Westwood councilman David Waters announces run for mayor, incumbent John Yé won’t seek 3rd term

David Waters (left) is looking to become the next mayor of Westwood. File photo from 2016.

David Waters, who served eight years on the city’s planning commission before being elected to the Westwood council in 2016, announced today that he has filed to run for mayor this year.

Current Mayor John Yé, who has served in the role since 2012, told the Shawnee Mission Post this afternoon that he does not plan to seek a third term. No other candidates for the race are listed on the Johnson County Election Office website.

In his campaign announcement, Waters said his extensive experience with city issues made him uniquely well suited for the role at this point in the city’s history.

“I have a good sense of where our community has been, what is important for its future, and how to help our City improve and grow while respecting what has always made it special—our unique neighborhoods and our community school,” he said.

Waters and his wife Mandy have lived in Westwood since 2003. They have two sons, both enrolled at Westwood View Elementary.

In addition to his roles on the city council and planning commission, Waters served for five years on the 47th and Mission Road Area Development and Management Committee. He is currently the chair of the NEJC Chamber board of directors.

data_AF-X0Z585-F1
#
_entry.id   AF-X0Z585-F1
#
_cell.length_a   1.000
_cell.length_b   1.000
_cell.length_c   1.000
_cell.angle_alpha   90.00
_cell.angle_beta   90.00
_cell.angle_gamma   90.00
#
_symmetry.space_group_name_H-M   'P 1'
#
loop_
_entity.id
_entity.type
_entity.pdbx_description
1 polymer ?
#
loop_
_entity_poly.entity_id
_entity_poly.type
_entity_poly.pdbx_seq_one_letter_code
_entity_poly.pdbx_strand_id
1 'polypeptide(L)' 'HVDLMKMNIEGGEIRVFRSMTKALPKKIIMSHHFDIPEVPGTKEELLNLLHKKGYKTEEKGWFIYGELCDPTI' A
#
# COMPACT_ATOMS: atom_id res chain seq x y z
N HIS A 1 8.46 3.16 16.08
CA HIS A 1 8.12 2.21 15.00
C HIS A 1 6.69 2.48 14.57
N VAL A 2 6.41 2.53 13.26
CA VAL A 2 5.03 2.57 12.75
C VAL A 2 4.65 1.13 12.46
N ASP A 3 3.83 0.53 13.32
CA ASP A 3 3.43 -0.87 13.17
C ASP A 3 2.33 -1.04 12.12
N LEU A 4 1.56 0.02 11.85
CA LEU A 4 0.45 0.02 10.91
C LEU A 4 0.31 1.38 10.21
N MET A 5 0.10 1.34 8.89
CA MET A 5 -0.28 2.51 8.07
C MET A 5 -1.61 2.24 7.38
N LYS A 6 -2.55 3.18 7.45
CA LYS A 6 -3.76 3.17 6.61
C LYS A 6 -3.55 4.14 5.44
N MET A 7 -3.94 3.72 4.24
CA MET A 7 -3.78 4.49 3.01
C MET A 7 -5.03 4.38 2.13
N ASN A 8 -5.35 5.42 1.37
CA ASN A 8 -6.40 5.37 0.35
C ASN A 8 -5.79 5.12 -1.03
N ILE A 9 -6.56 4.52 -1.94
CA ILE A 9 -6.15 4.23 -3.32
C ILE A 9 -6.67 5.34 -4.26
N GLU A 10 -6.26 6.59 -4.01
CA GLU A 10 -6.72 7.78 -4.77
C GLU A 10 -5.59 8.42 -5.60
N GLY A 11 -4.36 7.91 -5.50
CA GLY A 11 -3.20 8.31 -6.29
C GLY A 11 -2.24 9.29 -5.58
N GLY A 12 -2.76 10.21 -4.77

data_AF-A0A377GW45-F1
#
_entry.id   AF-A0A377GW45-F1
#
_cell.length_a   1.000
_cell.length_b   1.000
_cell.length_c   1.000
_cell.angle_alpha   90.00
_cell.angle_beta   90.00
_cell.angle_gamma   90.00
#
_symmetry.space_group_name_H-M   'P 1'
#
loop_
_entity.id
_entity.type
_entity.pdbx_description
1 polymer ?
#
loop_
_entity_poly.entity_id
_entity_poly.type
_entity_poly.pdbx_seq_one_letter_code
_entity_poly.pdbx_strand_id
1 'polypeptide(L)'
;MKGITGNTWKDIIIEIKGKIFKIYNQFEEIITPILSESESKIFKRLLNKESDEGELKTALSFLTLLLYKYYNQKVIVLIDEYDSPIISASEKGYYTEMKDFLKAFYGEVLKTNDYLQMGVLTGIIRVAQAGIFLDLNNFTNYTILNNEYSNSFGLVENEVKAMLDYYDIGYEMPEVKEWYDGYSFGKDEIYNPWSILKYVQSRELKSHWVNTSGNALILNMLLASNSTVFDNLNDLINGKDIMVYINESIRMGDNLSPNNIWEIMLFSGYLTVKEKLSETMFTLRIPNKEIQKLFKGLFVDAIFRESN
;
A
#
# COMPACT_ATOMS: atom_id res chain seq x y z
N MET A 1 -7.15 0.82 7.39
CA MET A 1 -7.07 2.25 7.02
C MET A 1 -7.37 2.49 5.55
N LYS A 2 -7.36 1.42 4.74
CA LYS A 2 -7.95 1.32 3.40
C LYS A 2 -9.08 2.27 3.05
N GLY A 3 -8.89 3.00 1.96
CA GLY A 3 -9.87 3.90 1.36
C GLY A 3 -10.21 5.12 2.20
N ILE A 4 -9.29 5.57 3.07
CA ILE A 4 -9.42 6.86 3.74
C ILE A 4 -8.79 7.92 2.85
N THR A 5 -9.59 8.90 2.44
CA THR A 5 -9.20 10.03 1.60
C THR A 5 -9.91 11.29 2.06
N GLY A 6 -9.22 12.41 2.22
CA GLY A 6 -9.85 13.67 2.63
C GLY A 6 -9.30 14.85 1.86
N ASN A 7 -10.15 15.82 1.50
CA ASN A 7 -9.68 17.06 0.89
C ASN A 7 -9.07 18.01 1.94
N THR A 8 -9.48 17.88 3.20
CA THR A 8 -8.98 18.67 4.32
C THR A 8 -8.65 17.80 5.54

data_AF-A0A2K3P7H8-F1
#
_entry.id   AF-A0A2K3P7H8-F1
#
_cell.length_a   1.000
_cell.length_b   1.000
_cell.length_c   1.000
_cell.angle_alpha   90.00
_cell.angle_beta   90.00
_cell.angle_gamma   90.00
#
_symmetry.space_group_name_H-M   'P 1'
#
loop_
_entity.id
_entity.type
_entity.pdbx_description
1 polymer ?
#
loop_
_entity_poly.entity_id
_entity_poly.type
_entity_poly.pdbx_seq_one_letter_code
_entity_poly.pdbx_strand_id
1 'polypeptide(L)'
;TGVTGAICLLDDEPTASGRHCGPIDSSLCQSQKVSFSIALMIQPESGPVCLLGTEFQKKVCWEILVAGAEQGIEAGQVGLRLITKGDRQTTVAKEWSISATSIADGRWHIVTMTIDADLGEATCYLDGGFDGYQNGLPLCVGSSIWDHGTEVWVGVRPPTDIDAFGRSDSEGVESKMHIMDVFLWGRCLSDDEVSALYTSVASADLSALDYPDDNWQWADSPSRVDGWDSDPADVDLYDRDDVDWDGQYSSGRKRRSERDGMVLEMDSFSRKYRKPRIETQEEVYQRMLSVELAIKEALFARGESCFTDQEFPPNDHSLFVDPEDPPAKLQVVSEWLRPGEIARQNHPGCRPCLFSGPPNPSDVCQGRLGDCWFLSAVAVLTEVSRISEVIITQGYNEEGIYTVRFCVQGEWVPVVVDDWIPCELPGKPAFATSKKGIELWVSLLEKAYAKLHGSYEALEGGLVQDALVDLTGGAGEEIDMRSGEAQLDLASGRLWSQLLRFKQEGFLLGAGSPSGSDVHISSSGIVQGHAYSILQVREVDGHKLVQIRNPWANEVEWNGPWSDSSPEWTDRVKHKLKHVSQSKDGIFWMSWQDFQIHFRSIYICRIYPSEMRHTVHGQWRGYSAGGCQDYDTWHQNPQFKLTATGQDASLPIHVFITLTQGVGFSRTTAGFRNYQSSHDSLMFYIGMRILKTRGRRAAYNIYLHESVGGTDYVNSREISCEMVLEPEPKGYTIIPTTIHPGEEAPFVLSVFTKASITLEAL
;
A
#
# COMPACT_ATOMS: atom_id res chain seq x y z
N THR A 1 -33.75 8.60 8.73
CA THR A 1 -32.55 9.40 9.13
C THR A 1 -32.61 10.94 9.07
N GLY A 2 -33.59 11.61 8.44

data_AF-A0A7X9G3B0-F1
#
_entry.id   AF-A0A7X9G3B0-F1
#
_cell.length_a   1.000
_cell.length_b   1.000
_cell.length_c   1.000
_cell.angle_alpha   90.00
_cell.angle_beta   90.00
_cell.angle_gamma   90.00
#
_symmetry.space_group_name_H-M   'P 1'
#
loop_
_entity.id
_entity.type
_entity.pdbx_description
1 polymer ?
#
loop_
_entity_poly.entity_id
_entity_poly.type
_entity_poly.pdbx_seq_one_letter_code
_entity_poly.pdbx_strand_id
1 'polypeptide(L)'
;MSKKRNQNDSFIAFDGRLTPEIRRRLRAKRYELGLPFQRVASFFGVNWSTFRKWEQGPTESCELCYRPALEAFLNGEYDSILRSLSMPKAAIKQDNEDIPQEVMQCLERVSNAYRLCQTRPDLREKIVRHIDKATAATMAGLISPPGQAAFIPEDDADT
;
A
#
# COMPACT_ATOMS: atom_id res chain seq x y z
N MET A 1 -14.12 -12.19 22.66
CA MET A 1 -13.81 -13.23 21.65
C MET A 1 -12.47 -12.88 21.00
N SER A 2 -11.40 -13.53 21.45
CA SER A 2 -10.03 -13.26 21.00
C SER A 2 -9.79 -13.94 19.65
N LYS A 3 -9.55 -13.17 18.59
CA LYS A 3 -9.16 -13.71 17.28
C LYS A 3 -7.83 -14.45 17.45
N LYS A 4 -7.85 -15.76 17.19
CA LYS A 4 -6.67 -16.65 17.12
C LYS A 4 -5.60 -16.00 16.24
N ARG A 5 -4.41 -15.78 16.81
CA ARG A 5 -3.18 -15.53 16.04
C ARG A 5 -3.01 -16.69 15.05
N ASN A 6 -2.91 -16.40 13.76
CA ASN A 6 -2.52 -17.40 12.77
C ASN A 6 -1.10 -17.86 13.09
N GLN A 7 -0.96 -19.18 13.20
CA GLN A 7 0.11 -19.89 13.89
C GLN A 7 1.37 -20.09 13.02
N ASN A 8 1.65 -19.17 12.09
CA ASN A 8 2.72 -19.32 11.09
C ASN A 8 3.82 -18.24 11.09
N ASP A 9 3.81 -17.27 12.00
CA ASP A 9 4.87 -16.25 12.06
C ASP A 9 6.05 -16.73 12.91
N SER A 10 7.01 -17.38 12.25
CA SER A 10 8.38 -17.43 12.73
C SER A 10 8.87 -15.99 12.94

“I am knowledgeable on the issues, I understand the bigger picture, and I appreciate the impacts our choices and decisions have on our residents, our businesses, our school, city finances, and city services,” he said in the announcement.

A native of Leavenworth, Waters received his bachelor’s degree at Kansas State and his law degree at KU. He is an attorney at Lathrop Gage focused on real estate, healthcare, construction and government relations practices. Waters was recently tapped to succeed longtime Prairie Village city attorney Katie Logan upon her retirement.

Yé said he wants to ‘let others step up to lead’

Yé at this year’s NEJC Chamber State of the Cities Luncheon in January.

Yé was first elected to the governing body in 2008, and watched as the Great Recession compounded the struggles of a number of dated properties in the city — struggles that he played a key role in reversing. During four years on the council and seven as mayor thus far, he’s overseen major redevelopment in the city — from the replacement of the dated Apple Market at the corner of Mission and 47th Street with a Walmart Neighborhood Market; to the construction of the Woodside Village mixed-use project on the former YouthFront site; to the city’s acquisition of the former Westwood Christian Church property.

“I was entering office at what could be considered one of the most difficult economic conditions in history,” he said. “And that proved to be a real challenge. In overcoming those factors, we have to be progressive and confront traditional mindsets that were against contemporary changes.”

Yé was quick to credit colleagues on staff, council and partnering organizations, “talented people who were able to work together as a team.”

Though he said he decided against seeking a new term and that it was time to “let others step up to lead,” he believes he’s helped move the city forward during his tenure.

“That is the essence of what’s happened here — it’s where the people and property owners of Westwood wanted us to go,” he said. “The idea was always that we were working to serve Westwood.”